These GOP leaders would rather follow the advice of professional political consultants, who are not small-government conservatives. These people would rather satisfy their friends in the media than win — and win with principle. They are the same people who try to denigrate the tea party and town-hall protesters by calling them “teabaggers.”


That type of thinking, which actively opposes the rise of conservatives and others who challenge the old Washington political establishment, will keep the GOP as a small tent. The tea party movement, like Reaganism, is the real big tent.


Over the last dozen years, Republican Party leaders have broken the bond of trust between them and the base of the party. It will not be restored until the GOP selects new leaders who represent the views and values of grass-roots Americans, not Washington views and values.



© 2009 Newsmax. All rights reserved.

4 comments:

JT said...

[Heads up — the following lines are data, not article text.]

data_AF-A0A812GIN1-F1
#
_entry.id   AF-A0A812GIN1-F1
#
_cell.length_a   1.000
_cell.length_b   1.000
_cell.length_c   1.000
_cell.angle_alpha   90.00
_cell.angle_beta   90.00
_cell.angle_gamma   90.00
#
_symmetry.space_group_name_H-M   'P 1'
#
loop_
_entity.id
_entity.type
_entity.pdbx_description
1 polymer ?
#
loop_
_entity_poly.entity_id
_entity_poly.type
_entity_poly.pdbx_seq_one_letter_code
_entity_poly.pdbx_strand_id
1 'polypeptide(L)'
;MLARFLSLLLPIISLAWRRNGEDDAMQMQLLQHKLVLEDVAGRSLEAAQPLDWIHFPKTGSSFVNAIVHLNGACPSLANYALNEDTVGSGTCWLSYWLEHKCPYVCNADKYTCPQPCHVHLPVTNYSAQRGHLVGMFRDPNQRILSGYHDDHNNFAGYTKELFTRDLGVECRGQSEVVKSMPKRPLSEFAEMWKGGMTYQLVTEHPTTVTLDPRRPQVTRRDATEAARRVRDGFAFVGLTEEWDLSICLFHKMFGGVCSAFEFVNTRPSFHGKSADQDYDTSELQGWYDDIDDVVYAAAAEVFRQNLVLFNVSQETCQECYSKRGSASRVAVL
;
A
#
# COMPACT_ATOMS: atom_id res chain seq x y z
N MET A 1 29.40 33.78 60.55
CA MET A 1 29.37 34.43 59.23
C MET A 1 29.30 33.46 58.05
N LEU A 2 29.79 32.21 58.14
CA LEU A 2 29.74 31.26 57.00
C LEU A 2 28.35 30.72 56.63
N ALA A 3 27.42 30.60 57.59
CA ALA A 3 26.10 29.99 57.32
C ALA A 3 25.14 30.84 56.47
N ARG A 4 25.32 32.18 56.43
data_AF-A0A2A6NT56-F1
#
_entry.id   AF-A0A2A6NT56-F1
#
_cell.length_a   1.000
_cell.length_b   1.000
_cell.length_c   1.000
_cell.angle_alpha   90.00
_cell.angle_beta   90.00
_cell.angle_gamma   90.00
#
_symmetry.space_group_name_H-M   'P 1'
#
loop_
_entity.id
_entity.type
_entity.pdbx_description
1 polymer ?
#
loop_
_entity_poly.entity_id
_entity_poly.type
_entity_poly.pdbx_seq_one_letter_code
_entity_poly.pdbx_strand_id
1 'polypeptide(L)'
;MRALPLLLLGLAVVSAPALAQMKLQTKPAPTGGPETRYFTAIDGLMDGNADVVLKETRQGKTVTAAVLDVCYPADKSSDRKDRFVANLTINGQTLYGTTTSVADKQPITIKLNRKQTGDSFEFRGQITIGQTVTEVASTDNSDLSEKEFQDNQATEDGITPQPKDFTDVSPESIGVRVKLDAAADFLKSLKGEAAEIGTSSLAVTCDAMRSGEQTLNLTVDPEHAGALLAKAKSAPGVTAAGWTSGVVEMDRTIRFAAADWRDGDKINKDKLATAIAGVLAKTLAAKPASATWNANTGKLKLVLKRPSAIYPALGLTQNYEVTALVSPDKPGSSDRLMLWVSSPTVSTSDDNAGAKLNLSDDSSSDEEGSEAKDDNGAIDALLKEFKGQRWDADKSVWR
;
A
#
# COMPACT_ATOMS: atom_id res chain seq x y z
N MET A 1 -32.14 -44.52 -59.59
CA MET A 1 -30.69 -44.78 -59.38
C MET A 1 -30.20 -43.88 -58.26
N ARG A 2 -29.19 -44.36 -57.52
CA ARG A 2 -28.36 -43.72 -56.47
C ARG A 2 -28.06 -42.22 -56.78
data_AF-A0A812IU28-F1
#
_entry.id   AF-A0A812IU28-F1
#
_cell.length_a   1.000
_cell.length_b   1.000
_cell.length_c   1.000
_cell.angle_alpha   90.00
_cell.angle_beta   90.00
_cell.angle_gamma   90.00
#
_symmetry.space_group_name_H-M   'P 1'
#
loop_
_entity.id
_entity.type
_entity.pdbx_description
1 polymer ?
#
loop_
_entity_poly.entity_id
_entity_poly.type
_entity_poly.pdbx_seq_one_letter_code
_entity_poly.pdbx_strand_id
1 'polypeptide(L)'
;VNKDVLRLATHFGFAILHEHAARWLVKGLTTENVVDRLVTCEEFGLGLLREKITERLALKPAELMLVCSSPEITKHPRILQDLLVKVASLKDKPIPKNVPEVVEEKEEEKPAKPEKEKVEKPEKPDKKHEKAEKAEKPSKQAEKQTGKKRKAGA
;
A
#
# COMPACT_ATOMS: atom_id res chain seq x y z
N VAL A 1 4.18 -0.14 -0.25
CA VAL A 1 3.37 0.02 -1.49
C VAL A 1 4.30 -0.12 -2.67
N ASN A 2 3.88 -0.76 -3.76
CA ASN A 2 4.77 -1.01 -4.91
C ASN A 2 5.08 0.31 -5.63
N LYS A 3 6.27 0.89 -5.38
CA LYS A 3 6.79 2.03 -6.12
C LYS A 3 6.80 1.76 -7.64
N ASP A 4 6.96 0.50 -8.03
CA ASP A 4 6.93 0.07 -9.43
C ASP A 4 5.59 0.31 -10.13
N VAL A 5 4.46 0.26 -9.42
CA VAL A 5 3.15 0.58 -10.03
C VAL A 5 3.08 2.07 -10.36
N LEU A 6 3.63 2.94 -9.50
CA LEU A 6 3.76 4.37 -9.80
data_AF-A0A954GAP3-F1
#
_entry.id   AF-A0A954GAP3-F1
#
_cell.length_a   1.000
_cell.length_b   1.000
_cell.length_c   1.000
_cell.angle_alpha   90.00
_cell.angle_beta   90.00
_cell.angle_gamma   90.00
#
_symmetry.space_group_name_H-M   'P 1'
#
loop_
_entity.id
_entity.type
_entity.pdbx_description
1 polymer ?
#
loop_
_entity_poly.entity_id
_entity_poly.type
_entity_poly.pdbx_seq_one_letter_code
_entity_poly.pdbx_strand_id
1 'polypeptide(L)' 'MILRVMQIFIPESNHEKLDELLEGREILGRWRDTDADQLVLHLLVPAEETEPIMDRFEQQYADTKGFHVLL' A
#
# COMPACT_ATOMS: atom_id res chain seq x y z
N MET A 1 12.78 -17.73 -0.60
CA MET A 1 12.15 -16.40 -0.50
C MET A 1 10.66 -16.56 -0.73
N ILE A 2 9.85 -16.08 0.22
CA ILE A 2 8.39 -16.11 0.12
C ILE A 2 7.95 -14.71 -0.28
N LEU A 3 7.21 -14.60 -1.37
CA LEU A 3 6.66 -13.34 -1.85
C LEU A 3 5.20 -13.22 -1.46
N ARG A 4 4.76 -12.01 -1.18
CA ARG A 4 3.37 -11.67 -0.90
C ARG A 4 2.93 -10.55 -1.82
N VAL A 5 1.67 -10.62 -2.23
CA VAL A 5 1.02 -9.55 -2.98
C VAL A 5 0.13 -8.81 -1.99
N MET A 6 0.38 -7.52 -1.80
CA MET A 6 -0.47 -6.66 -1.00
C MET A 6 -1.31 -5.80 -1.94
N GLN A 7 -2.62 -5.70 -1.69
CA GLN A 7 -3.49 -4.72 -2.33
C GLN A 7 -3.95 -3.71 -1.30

The idea that conservatives must "moderate" to be effective is absurd. We ARE a conservative nation (although you wouldn't know it from the MSM) and the Tea Partyists have energized us to get off the couch to protect our country.

It's long hours and hard work for too few people (praise to those that are leading our Tea Parties). Writing emails and letters and calling our legislators is not enough folks. They ignore our pleas....they are laughing at us.

We need more participation from more and more of us. As the title of this site says, we need activism and revolution. We need your help.

Anonymous said...

For nearly a century, the Anti-Defamation League has stared unflinchingly into the dark corners of America's social psyche -- the places where combustible tendencies such as hatred and paranoia pool and, sometimes, burst into flame.

As a Jewish organization, the ADL's first preoccupation naturally is anti-Semitism, but in the last few decades it has extended its scrutiny to the whole range of bigoted malevolence -- white supremacy, the militia movement, neo-nativism and conspiratorial fantasies in all of their improbable permutations. These days, the organization's research is characterized by the sense of proportion and sobriety that long experience brings.